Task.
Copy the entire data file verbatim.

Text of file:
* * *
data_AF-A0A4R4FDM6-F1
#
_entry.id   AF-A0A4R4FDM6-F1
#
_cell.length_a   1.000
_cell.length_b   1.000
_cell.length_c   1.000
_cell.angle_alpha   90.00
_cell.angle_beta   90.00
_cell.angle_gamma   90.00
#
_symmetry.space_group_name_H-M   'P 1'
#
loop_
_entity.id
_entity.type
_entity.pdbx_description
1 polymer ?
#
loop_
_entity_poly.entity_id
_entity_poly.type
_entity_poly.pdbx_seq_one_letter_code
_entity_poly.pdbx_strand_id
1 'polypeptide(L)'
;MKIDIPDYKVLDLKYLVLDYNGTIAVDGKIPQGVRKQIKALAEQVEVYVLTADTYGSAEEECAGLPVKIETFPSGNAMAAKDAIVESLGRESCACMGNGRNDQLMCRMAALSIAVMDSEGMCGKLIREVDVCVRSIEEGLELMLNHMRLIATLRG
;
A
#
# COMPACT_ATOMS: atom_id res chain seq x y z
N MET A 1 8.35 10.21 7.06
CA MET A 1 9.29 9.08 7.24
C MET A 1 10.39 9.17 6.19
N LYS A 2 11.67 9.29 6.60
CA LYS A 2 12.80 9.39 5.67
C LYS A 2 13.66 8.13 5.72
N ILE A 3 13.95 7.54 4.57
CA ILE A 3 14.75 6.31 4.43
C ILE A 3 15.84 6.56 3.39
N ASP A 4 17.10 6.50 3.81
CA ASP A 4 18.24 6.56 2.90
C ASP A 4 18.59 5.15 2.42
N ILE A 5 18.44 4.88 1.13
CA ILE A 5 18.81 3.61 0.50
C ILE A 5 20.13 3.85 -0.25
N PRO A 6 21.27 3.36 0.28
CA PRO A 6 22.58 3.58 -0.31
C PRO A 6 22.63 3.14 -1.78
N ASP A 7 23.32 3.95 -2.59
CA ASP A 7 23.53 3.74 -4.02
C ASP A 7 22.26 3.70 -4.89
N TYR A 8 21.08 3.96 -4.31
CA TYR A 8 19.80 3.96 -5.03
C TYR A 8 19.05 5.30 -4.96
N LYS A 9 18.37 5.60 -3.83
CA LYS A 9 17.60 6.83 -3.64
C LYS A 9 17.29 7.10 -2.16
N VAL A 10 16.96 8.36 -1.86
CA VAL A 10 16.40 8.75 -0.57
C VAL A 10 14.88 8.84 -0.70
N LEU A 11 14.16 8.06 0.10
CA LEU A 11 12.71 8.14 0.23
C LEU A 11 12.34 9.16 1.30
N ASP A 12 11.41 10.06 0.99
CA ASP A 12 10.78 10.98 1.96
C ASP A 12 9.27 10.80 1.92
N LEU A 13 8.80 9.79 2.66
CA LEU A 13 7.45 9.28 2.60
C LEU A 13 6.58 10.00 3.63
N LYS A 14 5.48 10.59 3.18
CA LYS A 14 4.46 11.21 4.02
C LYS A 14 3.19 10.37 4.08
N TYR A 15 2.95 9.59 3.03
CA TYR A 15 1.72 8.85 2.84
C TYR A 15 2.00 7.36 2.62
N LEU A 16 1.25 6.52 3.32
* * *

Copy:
data_AF-A0A4R4FDM6-F1
#
_entry.id   AF-A0A4R4FDM6-F1
#
_cell.length_a   1.000
_cell.length_b   1.000
_cell.length_c   1.000
_cell.angle_alpha   90.00
_cell.angle_beta   90.00
_cell.angle_gamma   90.00
#
_symmetry.space_group_name_H-M   'P 1'
#
loop_
_entity.id
_entity.type
_entity.pdbx_description
1 polymer ?
#
loop_
_entity_poly.entity_id
_entity_poly.type
_entity_poly.pdbx_seq_one_letter_code
_entity_poly.pdbx_strand_id
1 'polypeptide(L)'
;MKIDIPDYKVLDLKYLVLDYNGTIAVDGKIPQGVRKQIKALAEQVEVYVLTADTYGSAEEECAGLPVKIETFPSGNAMAAKDAIVESLGRESCACMGNGRNDQLMCRMAALSIAVMDSEGMCGKLIREVDVCVRSIEEGLELMLNHMRLIATLRG
;
A
#
# COMPACT_ATOMS: atom_id res chain seq x y z
N MET A 1 8.35 10.21 7.06
CA MET A 1 9.29 9.08 7.24
C MET A 1 10.39 9.17 6.19
N LYS A 2 11.67 9.29 6.60
CA LYS A 2 12.80 9.39 5.67
C LYS A 2 13.66 8.13 5.72
N ILE A 3 13.95 7.54 4.57
CA ILE A 3 14.75 6.31 4.43
C ILE A 3 15.84 6.56 3.39
N ASP A 4 17.10 6.50 3.81
CA ASP A 4 18.24 6.56 2.90
C ASP A 4 18.59 5.15 2.42
N ILE A 5 18.44 4.88 1.13
CA ILE A 5 18.81 3.61 0.50
C ILE A 5 20.13 3.85 -0.25
N PRO A 6 21.27 3.36 0.28
CA PRO A 6 22.58 3.58 -0.31
C PRO A 6 22.63 3.14 -1.78
N ASP A 7 23.32 3.95 -2.59
CA ASP A 7 23.53 3.74 -4.02
C ASP A 7 22.26 3.70 -4.89
N TYR A 8 21.08 3.96 -4.31
CA TYR A 8 19.80 3.96 -5.03
C TYR A 8 19.05 5.30 -4.96
N LYS A 9 18.37 5.60 -3.83
CA LYS A 9 17.60 6.83 -3.64
C LYS A 9 17.29 7.10 -2.16
N VAL A 10 16.96 8.36 -1.86
CA VAL A 10 16.40 8.75 -0.57
C VAL A 10 14.88 8.84 -0.70
N LEU A 11 14.16 8.06 0.10
CA LEU A 11 12.71 8.14 0.23
C LEU A 11 12.34 9.16 1.30
N ASP A 12 11.41 10.06 0.99
CA ASP A 12 10.78 10.98 1.96
C ASP A 12 9.27 10.80 1.92
N LEU A 13 8.80 9.79 2.66
CA LEU A 13 7.45 9.28 2.60
C LEU A 13 6.58 10.00 3.63
N LYS A 14 5.48 10.59 3.18
CA LYS A 14 4.46 11.21 4.02
C LYS A 14 3.19 10.37 4.08
N TYR A 15 2.95 9.59 3.03
CA TYR A 15 1.72 8.85 2.84
C TYR A 15 2.00 7.36 2.62
N LEU A 16 1.25 6.52 3.32